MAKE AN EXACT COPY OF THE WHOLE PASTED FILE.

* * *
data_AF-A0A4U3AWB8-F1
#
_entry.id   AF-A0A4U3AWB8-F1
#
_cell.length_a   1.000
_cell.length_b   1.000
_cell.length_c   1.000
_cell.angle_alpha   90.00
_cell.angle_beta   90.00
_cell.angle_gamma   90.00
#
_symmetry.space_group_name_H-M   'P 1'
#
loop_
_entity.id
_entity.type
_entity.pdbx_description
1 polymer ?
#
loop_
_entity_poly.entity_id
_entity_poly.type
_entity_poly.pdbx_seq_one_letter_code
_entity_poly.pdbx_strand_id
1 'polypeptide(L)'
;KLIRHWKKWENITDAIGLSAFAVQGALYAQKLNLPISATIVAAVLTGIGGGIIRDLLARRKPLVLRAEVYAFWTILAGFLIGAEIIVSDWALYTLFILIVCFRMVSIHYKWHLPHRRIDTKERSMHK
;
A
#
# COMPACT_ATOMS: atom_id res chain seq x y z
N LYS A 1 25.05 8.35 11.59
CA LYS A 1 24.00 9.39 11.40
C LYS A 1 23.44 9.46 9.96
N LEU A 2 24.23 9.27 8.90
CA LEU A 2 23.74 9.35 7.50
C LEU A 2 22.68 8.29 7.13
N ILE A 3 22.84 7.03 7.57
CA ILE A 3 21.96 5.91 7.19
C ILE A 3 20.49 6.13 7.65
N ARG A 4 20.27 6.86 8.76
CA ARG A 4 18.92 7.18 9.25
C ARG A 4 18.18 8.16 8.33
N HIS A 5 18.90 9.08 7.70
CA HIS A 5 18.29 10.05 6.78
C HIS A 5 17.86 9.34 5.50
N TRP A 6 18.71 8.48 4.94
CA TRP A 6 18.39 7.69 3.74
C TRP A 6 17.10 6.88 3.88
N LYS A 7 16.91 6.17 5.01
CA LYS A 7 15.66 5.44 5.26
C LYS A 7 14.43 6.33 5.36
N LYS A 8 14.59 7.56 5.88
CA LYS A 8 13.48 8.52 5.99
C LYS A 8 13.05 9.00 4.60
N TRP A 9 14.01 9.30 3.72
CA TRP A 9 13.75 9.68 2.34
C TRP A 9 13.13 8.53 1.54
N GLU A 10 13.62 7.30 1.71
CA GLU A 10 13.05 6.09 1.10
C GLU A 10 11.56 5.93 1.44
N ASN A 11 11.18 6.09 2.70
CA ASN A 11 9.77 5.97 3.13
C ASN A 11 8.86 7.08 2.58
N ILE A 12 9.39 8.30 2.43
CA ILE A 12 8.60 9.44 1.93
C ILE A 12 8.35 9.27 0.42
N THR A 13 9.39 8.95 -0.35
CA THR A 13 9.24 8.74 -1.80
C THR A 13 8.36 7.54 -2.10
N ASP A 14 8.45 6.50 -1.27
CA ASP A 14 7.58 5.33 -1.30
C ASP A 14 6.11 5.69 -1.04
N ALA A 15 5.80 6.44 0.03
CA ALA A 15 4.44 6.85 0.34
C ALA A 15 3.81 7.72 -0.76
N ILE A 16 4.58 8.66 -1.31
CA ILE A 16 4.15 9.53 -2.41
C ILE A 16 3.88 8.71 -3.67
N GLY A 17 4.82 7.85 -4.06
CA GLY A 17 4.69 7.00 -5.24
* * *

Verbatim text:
data_AF-A0A4U3AWB8-F1
#
_entry.id   AF-A0A4U3AWB8-F1
#
_cell.length_a   1.000
_cell.length_b   1.000
_cell.length_c   1.000
_cell.angle_alpha   90.00
_cell.angle_beta   90.00
_cell.angle_gamma   90.00
#
_symmetry.space_group_name_H-M   'P 1'
#
loop_
_entity.id
_entity.type
_entity.pdbx_description
1 polymer ?
#
loop_
_entity_poly.entity_id
_entity_poly.type
_entity_poly.pdbx_seq_one_letter_code
_entity_poly.pdbx_strand_id
1 'polypeptide(L)'
;KLIRHWKKWENITDAIGLSAFAVQGALYAQKLNLPISATIVAAVLTGIGGGIIRDLLARRKPLVLRAEVYAFWTILAGFLIGAEIIVSDWALYTLFILIVCFRMVSIHYKWHLPHRRIDTKERSMHK
;
A
#
# COMPACT_ATOMS: atom_id res chain seq x y z
N LYS A 1 25.05 8.35 11.59
CA LYS A 1 24.00 9.39 11.40
C LYS A 1 23.44 9.46 9.96
N LEU A 2 24.23 9.27 8.90
CA LEU A 2 23.74 9.35 7.50
C LEU A 2 22.68 8.29 7.13
N ILE A 3 22.84 7.03 7.57
CA ILE A 3 21.96 5.91 7.19
C ILE A 3 20.49 6.13 7.65
N ARG A 4 20.27 6.86 8.76
CA ARG A 4 18.92 7.18 9.25
C ARG A 4 18.18 8.16 8.33
N HIS A 5 18.90 9.08 7.70
CA HIS A 5 18.29 10.05 6.78
C HIS A 5 17.86 9.34 5.50
N TRP A 6 18.71 8.48 4.94
CA TRP A 6 18.39 7.69 3.74
C TRP A 6 17.10 6.88 3.88
N LYS A 7 16.91 6.17 5.01
CA LYS A 7 15.66 5.44 5.26
C LYS A 7 14.43 6.33 5.36
N LYS A 8 14.59 7.56 5.88
CA LYS A 8 13.48 8.52 5.99
C LYS A 8 13.05 9.00 4.60
N TRP A 9 14.01 9.30 3.72
CA TRP A 9 13.75 9.68 2.34
C TRP A 9 13.13 8.53 1.54
N GLU A 10 13.62 7.30 1.71
CA GLU A 10 13.05 6.09 1.10
C GLU A 10 11.56 5.93 1.44
N ASN A 11 11.18 6.09 2.70
CA ASN A 11 9.77 5.97 3.13
C ASN A 11 8.86 7.08 2.58
N ILE A 12 9.39 8.30 2.43
CA ILE A 12 8.60 9.44 1.93
C ILE A 12 8.35 9.27 0.42
N THR A 13 9.39 8.95 -0.35
CA THR A 13 9.24 8.74 -1.80
C THR A 13 8.36 7.54 -2.10
N ASP A 14 8.45 6.50 -1.27
CA ASP A 14 7.58 5.33 -1.30
C ASP A 14 6.11 5.69 -1.04
N ALA A 15 5.80 6.44 0.03
CA ALA A 15 4.44 6.85 0.34
C ALA A 15 3.81 7.72 -0.76
N ILE A 16 4.58 8.66 -1.31
CA ILE A 16 4.15 9.53 -2.41
C ILE A 16 3.88 8.71 -3.67
N GLY A 17 4.82 7.85 -4.06
CA GLY A 17 4.69 7.00 -5.24